Tuesday, August 17, 2010

Help! My Dog is Chewing my Furniture, Eating my Shoes, and Teething all over my Hands!

So you've identified the problem.  Here's the thing, dogs need to chew.  It's good for their teeth and gums.  As a dog owner, it is important to provide chew toys and and clear, consistent indication of which things are okay to chew and which are not.

Let's talk about what it must be like to be a dog.  It is important to think about this if you plan to train your dog to do or not do anything.  Imagine for a moment that you have been introduced to a new life in someone's home indefinately.  The people in this home are of a completely different culture and speak a language that is completely unintelligeable.  Their customs are strange and you are unable to mimic their ways or really figure out what they want from you.  All you know is that sometimes they seem happy with you, sometimes they seem upset, sometimes they ignore you, sometimes they smother you, etc.  This is what it's like for your dog.  The more you help your dog understand the rules of his or her new world, the easier it will be for both of you.  Try to show more than tell, and keep your telling short and consistent.  One word commands are the best.

If you have a puppy, your puppy will need to chew to alleviate the discomfort of teething.  Those little pirana teeth are sharp and destructive.  It will take a puppy about ten seconds to damage anything it decides to chew on.  Watch your puppy as much as possible and listen for chewing sounds while you're not watching.  Puppy or no, the more you pay attention to what your new dog is doing, the better.  They will need little supervision once they learn the house rules.  Osa likes to sleep with shoes, which she is allowed to do now that she doesn't try to eat them.

To correct the misplaced chewing habit, follow these steps:

1. As soon as you catch your dog chewing on something he or she should not be chewing on, you must stop him or her imediately.  This is best done with a firm "no".  Please note that a whiny "no" does not work on dogs (or children).  Bark it out if you have to.  Think drill sergeant.  It doesn't have to be loud, just firm.  A little flick on the nose can help get your point across, too.  Anything more than that is not necessary and potentially considered abusive.

2. Take away whatever your dog is chewing on.  You can show it to him or her and repeat your "no" command if you wish.  If it is something like furniture, just remove your dog from the area.  It's good to have a strategically located dog bed or other safe area for your dog to go when it's time to relax.

3. Imediately, replace the incorrect chewing object with a correct one.  It is good to have an authorized chew toy on hand in every room.  I like the raw hide bones because they're good for their teeth and they don't have a strong smell or any dyes to stain my floor or my dog's teeth.  She loves them.  Some people say they're a choking hazard.  Read this article and decide for yourself.  Rope chew toys are nice.  Look for toys that are good for their teeth.  Offer it to your dog by holding it right in front of their mouth.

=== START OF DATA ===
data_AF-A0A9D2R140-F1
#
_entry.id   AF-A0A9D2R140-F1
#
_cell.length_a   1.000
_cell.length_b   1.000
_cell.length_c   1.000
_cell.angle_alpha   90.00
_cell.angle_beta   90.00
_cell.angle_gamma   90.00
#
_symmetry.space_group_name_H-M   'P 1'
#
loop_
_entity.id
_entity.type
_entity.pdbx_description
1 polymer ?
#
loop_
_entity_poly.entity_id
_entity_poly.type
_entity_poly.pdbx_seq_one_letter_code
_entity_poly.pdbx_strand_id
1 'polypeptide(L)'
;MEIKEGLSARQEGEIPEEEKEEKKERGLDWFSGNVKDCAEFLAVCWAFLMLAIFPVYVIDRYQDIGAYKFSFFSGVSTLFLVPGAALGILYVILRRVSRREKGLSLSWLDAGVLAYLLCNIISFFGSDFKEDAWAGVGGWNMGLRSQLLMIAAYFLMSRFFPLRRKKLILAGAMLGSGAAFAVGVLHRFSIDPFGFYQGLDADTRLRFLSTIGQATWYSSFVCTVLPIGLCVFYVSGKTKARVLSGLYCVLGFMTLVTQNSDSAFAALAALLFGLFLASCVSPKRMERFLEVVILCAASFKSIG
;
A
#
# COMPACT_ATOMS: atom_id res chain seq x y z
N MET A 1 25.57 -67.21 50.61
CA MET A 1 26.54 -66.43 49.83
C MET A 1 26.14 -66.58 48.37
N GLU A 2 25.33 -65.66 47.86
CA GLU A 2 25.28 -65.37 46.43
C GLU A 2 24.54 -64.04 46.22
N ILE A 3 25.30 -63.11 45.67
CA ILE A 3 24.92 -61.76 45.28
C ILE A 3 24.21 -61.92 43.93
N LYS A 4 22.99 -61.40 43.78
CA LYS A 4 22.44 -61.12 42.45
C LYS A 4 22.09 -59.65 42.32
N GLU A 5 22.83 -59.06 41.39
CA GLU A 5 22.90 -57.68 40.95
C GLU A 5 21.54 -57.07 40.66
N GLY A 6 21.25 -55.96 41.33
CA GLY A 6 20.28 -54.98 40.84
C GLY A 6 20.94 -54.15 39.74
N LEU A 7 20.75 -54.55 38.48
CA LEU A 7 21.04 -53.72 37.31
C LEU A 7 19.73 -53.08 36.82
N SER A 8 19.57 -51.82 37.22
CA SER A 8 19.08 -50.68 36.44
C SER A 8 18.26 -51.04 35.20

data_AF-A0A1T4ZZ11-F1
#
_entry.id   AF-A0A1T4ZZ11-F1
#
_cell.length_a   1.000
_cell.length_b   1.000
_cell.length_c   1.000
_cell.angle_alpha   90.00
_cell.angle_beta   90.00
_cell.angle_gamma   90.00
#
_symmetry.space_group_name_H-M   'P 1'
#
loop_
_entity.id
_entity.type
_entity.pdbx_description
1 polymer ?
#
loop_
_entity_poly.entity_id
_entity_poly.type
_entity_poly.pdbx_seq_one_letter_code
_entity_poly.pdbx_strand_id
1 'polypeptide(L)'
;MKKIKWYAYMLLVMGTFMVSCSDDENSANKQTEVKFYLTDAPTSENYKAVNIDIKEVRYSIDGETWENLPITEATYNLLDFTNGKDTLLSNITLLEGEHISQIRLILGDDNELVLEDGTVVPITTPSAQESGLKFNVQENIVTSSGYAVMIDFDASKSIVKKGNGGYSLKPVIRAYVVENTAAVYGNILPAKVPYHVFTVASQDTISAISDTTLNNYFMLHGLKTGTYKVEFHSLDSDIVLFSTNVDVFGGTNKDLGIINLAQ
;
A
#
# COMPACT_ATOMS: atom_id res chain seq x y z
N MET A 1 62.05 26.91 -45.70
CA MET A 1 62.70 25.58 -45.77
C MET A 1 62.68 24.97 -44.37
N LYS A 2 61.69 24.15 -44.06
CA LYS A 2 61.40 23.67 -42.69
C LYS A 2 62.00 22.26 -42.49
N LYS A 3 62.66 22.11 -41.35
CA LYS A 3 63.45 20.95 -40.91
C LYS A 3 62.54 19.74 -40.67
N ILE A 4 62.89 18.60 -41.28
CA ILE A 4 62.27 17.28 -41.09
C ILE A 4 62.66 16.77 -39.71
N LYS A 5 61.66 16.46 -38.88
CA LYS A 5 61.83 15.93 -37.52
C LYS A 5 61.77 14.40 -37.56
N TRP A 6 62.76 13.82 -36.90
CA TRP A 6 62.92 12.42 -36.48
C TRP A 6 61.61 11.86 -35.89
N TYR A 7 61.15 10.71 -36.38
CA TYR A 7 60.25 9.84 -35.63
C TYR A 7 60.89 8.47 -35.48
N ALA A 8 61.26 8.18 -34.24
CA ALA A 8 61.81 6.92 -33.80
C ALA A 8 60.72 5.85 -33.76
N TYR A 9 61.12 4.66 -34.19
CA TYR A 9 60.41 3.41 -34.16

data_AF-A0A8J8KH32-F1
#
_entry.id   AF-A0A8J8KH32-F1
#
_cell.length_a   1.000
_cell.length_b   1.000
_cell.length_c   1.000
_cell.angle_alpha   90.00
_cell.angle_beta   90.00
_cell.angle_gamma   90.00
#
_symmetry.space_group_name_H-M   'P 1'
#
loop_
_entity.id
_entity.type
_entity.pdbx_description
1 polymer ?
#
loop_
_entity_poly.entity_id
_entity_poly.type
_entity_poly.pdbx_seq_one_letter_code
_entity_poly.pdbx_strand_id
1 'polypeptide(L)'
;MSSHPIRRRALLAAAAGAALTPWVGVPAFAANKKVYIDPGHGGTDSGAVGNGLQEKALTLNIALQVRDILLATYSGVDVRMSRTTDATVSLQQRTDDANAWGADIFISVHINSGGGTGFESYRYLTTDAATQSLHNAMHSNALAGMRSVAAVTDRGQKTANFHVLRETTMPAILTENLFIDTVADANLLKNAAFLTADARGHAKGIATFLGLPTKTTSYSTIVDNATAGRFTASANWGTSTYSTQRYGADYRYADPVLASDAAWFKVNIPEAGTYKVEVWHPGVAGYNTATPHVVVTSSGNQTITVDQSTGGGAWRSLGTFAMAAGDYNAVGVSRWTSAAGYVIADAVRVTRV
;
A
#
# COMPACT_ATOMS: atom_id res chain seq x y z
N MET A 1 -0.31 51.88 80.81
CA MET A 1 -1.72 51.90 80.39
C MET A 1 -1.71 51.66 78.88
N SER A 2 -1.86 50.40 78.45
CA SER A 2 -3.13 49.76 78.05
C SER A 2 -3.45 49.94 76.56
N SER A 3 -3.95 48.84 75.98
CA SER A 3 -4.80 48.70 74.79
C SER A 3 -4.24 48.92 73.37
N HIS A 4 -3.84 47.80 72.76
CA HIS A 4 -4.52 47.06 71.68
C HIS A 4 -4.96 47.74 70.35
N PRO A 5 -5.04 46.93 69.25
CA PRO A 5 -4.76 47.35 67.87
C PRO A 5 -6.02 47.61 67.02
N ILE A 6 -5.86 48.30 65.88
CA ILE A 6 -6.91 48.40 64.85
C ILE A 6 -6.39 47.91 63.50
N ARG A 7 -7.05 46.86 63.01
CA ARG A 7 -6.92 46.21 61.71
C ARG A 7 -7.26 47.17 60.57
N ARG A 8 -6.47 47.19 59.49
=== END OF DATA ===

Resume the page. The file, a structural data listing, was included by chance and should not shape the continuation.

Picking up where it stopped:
4. Repeat every time you catch your dog chewing on something they should not be chewing on.

Dogs are smart.  If you are consistent, your dog will figure out very quickly what kind of chewing is allowed and what kind is not.  Ideally, your dog will learn to retrieve his or her own toy when he or she wants to chew.

Awesome Tip of the Day:  What if your puppy is teething all over your hands and feet?  Often, puppies don't realize they're hurting you.  If the above doesn't work, try yelping or howling like your dog would if something were to bite him or her.  If that doesn't stop it, there is one more trick.  When my dog was a puppy, she was stubborn about teething on my hands.  I put her down on her side on the floor the way another dog would and held her there by the loose skin of the neck area.  I then proceded to hold up her paw where she could see it and slowly compress it between my teeth...much to her surprise.  Needless to say, that got the point across.  I didn't bite her hard and I only had to do it twice before she never bit me again.

There is plenty of leather and wooden furniture and several people's shoes within reach at any given time.  There was but one pair of slippers that did not survive unscathed, but to be fair they looked like her stuffed animals, which are fair game.

...forgot to mention that one table.  For some reason, the iron table was the only thing she would not give up on.  A little hot pepper juice rubbed on there cured that.  Two tries and she mysteriously lost interest.

3 comments:

  1. This can really be a problem, but you can use it to your advantage. Tethers are actually great tools for training your dog’s behavior. Apart from giving them toys to chew, you can use a short nylon-coated cable with powerful snaps at both ends instead. It is used for settling unruly behavior and to temporarily restrain the dog.

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